Military intervention would, in its judgment, even supposing it to be efficacious in its immediate avowed object of delivering an attack upon Germany from the east, be merely a method of making use of Russia, not a method of serving her. Her people could not profit by it, if they profited by it at all, in time to save them from their present distresses, and their substance would be used to maintain foreign armies, not to reconstitute their own.
Military action is admissible in Russia, as the government of the United States sees the circumstances, only to help the Czechoslovaks consolidate their forces and get into successful cooperation with their Slavic kinsmen and to steady any efforts at self-government or self-defense in which the Russians themselves may be willing to accept assistance. Whether from Vladivostok or from Murmansk and Archangel, the only legitimate object for which American or Allied troops can be employed, it submits, is to guard military stores which may subsequently be needed by Russian forces and to render such aid as may be acceptable to the Russians in the organization of their own self-defense. For helping the Czechoslovaks there is immediate necessity and sufficient justification. Recent developments have made it evident that that is in the interest of what the Russian people themselves desire, and the government of the United States is glad to contribute the small force at its disposal for that purpose.
It yields, also, to the judgment of the Supreme Command in the matter of establishing a small force at Murmansk, to guard the military stores at Kola, and to make it safe for Russian forces to come together in organized bodies in the north. But it owes it to frank counsel to say that it can go no further than these modest and experimental plans. It is not in a position, and has no expectation of being in a position, to take part in organized intervention in adequate force from either Vladivostok or Murmansk and Archangel.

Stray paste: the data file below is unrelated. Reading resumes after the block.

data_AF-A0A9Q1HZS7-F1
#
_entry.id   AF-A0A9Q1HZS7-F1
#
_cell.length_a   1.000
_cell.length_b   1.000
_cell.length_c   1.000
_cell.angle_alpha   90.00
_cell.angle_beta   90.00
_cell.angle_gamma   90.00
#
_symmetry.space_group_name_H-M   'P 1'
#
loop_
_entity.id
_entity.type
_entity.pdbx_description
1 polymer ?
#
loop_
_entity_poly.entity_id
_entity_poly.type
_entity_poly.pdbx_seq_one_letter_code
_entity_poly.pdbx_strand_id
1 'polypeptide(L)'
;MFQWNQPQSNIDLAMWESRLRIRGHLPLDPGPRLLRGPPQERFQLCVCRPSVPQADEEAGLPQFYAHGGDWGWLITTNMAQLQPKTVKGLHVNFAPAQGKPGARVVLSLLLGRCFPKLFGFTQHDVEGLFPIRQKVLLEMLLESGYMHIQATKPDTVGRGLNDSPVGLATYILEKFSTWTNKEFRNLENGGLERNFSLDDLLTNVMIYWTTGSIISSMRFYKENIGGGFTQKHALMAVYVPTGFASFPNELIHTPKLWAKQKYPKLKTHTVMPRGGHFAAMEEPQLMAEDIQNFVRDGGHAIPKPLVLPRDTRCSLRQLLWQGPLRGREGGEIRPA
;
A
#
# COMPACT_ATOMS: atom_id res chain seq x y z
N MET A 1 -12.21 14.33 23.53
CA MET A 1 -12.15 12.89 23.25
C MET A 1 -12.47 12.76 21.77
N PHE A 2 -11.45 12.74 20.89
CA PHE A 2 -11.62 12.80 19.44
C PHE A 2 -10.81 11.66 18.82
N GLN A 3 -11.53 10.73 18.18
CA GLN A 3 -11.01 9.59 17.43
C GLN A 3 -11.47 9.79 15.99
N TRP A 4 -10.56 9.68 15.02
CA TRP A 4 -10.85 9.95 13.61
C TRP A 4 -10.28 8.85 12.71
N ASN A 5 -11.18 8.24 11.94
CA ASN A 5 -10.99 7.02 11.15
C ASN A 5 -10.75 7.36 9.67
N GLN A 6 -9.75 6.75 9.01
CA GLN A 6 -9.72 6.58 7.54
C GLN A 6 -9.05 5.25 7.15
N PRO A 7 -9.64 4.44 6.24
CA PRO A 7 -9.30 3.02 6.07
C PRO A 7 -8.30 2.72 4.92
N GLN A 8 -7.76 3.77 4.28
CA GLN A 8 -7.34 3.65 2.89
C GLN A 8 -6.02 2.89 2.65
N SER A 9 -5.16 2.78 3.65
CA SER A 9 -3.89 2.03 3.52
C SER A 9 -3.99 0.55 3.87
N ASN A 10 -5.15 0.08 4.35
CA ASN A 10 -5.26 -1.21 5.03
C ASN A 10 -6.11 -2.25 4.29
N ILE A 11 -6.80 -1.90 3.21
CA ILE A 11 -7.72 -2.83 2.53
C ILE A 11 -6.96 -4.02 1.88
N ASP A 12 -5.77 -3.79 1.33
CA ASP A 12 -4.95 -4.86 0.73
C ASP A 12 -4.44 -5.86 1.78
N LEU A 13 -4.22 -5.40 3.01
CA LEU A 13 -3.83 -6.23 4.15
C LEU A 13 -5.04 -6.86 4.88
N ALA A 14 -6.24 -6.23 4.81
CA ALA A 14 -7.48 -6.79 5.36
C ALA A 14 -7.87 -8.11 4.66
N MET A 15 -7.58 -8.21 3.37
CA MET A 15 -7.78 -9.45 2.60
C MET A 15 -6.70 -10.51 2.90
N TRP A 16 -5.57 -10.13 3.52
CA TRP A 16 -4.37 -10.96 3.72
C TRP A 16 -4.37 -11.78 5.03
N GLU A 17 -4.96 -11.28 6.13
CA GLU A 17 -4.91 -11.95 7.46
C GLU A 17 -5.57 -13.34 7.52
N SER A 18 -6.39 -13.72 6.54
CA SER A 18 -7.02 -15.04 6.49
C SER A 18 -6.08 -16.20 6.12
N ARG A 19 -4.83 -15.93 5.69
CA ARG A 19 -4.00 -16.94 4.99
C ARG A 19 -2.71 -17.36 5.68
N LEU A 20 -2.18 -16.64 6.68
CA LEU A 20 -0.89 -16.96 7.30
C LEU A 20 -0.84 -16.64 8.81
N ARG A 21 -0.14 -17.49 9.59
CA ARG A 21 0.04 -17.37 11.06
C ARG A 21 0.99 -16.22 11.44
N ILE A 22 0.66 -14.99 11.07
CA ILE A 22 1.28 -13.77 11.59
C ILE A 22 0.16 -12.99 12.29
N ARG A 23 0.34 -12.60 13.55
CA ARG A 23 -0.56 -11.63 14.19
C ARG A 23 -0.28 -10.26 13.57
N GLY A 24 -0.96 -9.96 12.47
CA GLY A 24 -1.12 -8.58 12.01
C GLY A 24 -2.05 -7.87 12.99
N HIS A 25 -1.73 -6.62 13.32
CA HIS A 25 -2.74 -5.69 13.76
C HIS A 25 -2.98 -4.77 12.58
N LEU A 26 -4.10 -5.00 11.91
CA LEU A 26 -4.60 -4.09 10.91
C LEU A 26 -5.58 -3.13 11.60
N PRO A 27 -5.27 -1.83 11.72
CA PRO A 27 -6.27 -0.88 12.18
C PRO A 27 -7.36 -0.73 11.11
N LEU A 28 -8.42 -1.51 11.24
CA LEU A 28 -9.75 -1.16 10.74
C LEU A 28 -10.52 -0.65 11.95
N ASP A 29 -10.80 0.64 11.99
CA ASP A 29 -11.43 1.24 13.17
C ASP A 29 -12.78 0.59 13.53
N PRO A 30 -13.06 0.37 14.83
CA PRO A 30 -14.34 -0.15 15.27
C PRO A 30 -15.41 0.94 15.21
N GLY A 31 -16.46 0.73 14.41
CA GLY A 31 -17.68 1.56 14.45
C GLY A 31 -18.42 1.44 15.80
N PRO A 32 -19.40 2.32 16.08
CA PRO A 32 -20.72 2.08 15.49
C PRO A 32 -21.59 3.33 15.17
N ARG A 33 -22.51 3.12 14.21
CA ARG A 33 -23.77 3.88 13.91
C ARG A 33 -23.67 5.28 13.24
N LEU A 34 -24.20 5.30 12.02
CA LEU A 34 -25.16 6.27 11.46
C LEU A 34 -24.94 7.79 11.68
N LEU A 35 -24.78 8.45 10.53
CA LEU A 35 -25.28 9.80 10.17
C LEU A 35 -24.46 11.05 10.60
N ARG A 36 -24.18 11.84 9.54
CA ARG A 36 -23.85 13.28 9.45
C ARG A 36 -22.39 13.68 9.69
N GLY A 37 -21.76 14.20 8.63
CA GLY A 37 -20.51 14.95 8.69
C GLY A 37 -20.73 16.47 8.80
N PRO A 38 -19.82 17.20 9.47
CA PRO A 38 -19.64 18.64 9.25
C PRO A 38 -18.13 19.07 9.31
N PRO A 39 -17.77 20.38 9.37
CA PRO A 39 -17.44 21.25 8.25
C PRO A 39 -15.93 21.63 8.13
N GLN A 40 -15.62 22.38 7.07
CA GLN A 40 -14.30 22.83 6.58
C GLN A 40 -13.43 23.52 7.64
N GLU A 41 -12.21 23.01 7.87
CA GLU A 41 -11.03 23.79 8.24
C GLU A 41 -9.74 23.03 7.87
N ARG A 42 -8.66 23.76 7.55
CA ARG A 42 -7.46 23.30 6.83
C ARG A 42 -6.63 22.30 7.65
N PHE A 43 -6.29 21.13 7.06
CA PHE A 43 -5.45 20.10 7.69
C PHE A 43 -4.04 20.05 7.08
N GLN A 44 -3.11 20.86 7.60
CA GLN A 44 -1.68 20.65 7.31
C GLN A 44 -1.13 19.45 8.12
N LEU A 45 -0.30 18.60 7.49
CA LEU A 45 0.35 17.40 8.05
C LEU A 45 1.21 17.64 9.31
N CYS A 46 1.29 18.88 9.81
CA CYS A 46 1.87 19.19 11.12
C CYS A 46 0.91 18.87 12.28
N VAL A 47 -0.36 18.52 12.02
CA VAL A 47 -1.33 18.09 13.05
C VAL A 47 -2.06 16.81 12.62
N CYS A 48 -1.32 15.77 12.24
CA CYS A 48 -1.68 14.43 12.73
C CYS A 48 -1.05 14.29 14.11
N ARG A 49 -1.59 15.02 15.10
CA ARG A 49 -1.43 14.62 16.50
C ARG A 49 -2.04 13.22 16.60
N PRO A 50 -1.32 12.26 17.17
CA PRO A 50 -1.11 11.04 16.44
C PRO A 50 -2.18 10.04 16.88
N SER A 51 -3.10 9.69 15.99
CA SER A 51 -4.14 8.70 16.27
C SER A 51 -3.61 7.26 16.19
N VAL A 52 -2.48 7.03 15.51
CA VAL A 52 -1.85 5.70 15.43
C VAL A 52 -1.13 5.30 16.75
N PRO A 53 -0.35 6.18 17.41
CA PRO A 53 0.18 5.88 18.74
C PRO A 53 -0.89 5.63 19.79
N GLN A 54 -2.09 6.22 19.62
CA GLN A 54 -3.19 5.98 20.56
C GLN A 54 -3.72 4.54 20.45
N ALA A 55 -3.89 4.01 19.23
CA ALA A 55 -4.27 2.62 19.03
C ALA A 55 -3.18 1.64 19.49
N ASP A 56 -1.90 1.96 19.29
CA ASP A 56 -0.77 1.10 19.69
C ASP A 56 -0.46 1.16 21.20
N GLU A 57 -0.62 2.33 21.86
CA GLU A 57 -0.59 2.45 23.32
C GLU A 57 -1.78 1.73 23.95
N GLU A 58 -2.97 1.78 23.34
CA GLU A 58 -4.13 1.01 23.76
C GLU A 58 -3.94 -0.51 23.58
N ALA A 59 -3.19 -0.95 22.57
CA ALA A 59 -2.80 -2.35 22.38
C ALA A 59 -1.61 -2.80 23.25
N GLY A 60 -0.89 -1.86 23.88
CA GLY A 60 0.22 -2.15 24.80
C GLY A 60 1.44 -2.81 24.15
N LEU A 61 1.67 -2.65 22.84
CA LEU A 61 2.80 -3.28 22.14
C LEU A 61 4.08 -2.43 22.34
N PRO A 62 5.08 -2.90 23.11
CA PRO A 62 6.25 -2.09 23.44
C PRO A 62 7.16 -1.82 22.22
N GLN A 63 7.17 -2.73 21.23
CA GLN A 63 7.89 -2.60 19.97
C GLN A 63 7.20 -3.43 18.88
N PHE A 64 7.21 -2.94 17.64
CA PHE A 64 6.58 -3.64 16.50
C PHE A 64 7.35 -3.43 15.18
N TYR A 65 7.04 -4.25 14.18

It feels that it ought to add, also, that it will feel at liberty to use the few troops it can spare only for the purposes here stated and shall feel obliged to withdraw those forces in order to add them to the forces at the Western front if the plans in whose execution it is now intended that they should cooperate should develop into others inconsistent with the policy to which the government of the United States feels constrained to restrict itself.